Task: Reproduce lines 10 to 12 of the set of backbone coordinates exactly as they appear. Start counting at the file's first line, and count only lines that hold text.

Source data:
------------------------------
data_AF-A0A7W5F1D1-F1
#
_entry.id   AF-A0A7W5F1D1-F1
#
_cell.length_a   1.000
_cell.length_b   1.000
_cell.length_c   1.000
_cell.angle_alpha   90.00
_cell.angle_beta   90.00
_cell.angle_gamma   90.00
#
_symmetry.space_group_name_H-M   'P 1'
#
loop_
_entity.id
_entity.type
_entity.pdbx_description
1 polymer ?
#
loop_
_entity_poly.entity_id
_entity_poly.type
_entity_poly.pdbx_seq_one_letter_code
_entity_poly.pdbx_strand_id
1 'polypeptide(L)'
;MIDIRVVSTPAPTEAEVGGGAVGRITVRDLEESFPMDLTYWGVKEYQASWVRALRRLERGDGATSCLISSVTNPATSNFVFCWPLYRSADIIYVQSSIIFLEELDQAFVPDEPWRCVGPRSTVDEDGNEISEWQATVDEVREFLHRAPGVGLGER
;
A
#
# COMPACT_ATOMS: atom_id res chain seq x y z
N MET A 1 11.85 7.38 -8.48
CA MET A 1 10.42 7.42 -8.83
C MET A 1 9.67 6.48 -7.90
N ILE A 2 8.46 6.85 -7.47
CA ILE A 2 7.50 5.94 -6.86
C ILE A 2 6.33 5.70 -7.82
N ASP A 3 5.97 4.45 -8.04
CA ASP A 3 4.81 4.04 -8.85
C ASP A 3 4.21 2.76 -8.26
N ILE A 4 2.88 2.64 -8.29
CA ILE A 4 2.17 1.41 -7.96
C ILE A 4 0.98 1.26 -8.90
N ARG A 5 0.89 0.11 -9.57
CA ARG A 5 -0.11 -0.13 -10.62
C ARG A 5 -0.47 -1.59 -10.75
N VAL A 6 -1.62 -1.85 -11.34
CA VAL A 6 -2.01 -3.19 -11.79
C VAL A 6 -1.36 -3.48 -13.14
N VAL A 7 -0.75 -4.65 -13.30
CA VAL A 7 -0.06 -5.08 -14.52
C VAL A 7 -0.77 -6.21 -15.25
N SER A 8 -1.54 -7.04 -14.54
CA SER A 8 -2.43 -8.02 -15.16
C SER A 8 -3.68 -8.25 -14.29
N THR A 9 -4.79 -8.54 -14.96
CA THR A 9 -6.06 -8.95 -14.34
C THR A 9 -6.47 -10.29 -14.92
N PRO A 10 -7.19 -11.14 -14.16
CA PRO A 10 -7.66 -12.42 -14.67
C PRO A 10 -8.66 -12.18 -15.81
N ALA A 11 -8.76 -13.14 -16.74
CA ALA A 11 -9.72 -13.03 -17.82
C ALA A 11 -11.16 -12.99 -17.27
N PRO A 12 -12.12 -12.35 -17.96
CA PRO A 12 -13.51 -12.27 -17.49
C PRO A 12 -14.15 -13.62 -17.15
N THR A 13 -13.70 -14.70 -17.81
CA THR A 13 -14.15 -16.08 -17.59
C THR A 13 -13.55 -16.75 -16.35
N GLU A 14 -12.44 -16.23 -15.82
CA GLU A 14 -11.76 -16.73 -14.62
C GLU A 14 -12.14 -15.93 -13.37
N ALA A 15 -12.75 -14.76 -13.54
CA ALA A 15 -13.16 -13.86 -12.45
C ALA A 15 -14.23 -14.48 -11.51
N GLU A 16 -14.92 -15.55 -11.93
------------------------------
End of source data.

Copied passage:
_cell.angle_gamma   90.00
#
_symmetry.space_group_name_H-M   'P 1'